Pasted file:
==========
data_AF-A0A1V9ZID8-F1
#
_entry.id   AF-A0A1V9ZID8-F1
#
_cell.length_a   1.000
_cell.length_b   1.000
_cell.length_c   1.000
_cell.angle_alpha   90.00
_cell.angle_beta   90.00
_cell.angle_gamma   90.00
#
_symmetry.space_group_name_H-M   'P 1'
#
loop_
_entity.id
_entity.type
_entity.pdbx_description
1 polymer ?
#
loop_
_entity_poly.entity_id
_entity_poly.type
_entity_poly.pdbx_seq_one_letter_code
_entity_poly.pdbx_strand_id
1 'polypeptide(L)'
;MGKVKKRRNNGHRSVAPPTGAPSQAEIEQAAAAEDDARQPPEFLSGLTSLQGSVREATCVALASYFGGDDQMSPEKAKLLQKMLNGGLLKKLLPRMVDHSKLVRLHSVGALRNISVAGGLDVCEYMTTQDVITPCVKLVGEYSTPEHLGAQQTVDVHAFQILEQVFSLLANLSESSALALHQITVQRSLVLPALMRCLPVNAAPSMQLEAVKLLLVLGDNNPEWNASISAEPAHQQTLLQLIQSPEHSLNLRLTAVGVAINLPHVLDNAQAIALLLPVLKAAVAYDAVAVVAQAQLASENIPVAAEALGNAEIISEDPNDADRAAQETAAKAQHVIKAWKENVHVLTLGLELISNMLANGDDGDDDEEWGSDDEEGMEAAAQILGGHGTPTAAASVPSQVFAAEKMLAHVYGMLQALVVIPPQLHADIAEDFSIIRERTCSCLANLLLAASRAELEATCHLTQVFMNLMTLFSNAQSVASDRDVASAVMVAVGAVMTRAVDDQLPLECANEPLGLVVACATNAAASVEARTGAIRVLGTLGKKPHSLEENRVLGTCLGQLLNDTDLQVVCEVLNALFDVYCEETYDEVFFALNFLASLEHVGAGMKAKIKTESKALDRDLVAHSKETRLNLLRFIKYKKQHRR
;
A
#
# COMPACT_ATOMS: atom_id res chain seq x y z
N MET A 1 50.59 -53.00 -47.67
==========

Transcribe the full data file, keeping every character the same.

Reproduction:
data_AF-A0A1V9ZID8-F1
#
_entry.id   AF-A0A1V9ZID8-F1
#
_cell.length_a   1.000
_cell.length_b   1.000
_cell.length_c   1.000
_cell.angle_alpha   90.00
_cell.angle_beta   90.00
_cell.angle_gamma   90.00
#
_symmetry.space_group_name_H-M   'P 1'
#
loop_
_entity.id
_entity.type
_entity.pdbx_description
1 polymer ?
#
loop_
_entity_poly.entity_id
_entity_poly.type
_entity_poly.pdbx_seq_one_letter_code
_entity_poly.pdbx_strand_id
1 'polypeptide(L)'
;MGKVKKRRNNGHRSVAPPTGAPSQAEIEQAAAAEDDARQPPEFLSGLTSLQGSVREATCVALASYFGGDDQMSPEKAKLLQKMLNGGLLKKLLPRMVDHSKLVRLHSVGALRNISVAGGLDVCEYMTTQDVITPCVKLVGEYSTPEHLGAQQTVDVHAFQILEQVFSLLANLSESSALALHQITVQRSLVLPALMRCLPVNAAPSMQLEAVKLLLVLGDNNPEWNASISAEPAHQQTLLQLIQSPEHSLNLRLTAVGVAINLPHVLDNAQAIALLLPVLKAAVAYDAVAVVAQAQLASENIPVAAEALGNAEIISEDPNDADRAAQETAAKAQHVIKAWKENVHVLTLGLELISNMLANGDDGDDDEEWGSDDEEGMEAAAQILGGHGTPTAAASVPSQVFAAEKMLAHVYGMLQALVVIPPQLHADIAEDFSIIRERTCSCLANLLLAASRAELEATCHLTQVFMNLMTLFSNAQSVASDRDVASAVMVAVGAVMTRAVDDQLPLECANEPLGLVVACATNAAASVEARTGAIRVLGTLGKKPHSLEENRVLGTCLGQLLNDTDLQVVCEVLNALFDVYCEETYDEVFFALNFLASLEHVGAGMKAKIKTESKALDRDLVAHSKETRLNLLRFIKYKKQHRR
;
A
#
# COMPACT_ATOMS: atom_id res chain seq x y z
N MET A 1 50.59 -53.00 -47.67